The landmark 1964 Supreme Court case New York Times Co. v. Sullivan established the "actual malice" standard to prove defamation of public officials.

That's an extremely difficult threshold to reach, Finer says. Knezovich would have to prove that Wright — or anyone else — is making intentionally false statements with evil intentions.

"It doesn't strike me as an appropriate political response," he says, questioning if the suit would be a good use of government resources.

The other question facing Knezovich: What is the appropriate response to criticism?

Other law enforcement leaders in the area join Knezovich in his frustration, though some question whether legal action is appropriate.

"When it gets to where it disrupts the operations of a public office, then you have to use the resources you have at hand," says Kootenai County Sheriff Ben Wolfinger. "I think Ozzie is doing the right thing by seeking counsel on it. You have to do what you have to do to make sure your office is running smoothly."

Spokane Police Asst. Chief Craig Meidl tries to strike a balance.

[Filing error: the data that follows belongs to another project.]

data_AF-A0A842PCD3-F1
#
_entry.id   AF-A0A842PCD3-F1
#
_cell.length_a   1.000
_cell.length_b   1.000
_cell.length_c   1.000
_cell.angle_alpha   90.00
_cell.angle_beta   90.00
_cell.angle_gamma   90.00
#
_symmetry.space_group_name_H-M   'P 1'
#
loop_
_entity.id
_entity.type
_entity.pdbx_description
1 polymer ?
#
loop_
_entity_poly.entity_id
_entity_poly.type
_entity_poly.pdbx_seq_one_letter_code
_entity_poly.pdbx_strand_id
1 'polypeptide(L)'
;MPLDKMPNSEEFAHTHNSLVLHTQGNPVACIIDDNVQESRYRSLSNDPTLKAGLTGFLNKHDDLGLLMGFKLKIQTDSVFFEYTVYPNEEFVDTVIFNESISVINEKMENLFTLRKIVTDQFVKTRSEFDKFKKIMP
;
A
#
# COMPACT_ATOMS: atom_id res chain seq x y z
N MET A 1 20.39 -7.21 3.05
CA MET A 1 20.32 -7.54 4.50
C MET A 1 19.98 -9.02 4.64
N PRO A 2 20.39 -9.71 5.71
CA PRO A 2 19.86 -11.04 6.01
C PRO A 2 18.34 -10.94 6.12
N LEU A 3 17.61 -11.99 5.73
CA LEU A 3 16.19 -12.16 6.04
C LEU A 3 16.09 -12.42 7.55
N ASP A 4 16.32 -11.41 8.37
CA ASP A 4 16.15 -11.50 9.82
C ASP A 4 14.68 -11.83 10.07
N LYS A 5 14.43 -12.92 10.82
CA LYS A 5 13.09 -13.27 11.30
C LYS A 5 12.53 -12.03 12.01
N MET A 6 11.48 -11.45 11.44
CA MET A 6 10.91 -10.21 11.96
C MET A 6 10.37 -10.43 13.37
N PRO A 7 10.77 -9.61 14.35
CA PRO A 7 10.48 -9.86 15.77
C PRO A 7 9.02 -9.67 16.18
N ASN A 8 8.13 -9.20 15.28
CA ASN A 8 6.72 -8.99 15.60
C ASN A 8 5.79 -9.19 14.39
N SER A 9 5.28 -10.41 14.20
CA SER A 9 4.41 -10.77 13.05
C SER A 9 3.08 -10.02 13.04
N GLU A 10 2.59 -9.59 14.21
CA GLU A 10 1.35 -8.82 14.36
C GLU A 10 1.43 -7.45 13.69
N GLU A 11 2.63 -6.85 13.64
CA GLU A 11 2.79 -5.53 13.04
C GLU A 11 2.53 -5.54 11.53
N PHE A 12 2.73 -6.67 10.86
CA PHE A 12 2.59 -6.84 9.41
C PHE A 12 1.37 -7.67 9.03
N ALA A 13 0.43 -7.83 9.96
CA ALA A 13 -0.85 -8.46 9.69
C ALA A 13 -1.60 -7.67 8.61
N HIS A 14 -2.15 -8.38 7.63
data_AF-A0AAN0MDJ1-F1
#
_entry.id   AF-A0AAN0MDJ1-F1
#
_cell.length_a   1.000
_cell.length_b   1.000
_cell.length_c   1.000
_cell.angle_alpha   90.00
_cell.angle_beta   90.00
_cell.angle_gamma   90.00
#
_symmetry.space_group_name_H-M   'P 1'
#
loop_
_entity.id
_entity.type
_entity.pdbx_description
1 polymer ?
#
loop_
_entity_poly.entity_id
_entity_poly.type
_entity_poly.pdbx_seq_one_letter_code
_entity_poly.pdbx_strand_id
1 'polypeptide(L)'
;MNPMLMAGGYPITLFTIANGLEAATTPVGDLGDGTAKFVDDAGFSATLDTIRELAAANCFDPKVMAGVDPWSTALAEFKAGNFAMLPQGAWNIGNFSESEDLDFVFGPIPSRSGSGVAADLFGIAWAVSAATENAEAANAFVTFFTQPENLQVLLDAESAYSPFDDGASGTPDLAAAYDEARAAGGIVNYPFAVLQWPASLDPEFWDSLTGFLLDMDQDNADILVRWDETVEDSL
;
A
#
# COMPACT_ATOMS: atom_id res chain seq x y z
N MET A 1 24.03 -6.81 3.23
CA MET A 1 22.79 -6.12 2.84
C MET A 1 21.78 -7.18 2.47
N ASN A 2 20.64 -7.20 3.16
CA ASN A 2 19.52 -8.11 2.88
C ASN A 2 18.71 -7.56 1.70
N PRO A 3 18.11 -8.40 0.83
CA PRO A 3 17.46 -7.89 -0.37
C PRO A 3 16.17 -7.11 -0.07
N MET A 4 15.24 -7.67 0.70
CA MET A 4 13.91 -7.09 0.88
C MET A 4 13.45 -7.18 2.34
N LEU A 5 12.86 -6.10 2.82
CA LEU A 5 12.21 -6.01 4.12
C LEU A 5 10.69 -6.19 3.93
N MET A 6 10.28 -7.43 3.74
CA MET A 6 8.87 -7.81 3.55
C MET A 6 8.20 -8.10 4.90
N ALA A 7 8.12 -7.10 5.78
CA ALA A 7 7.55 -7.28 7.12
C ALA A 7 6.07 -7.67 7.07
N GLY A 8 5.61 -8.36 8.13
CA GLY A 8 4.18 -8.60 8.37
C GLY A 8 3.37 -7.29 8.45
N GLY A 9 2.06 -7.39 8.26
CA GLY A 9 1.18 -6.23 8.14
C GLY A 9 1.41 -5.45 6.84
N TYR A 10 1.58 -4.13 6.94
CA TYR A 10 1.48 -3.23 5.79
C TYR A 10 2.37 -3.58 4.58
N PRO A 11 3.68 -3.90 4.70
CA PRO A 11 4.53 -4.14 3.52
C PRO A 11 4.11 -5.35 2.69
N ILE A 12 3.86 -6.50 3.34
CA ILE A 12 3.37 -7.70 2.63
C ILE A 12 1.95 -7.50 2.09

"In my opinion, Ron is an example of a modern-day activist," he says. "People march and protest now with social media and blogs. You could probably hire two to three people full time to figure out which complaints and criticisms have merit. I think sometimes you dismiss those concerns at your own risk."

Indeed, the threat of a defamation suit against Wright seems an empty one. Yet Knezovich has done it before, and as long as Wright continues, in all likelihood he'll do it again. But for all his inaccuracies, Wright is lending his 20 years of law enforcement experience to an essential function: police accountability. For example, his stance in Holyk's death, that the Sheriff's Office and the deputy are not free of blame, is supported by local attorneys.

"I stand by my report [in that case], and I fault the leadership," Wright says.

"I think it's important citizens know the truth," says Knezovich. "They're making these false statements publicly, and I take extreme exception to people putting out false information about my deputies. It's not right, and it's defamation of character." ♦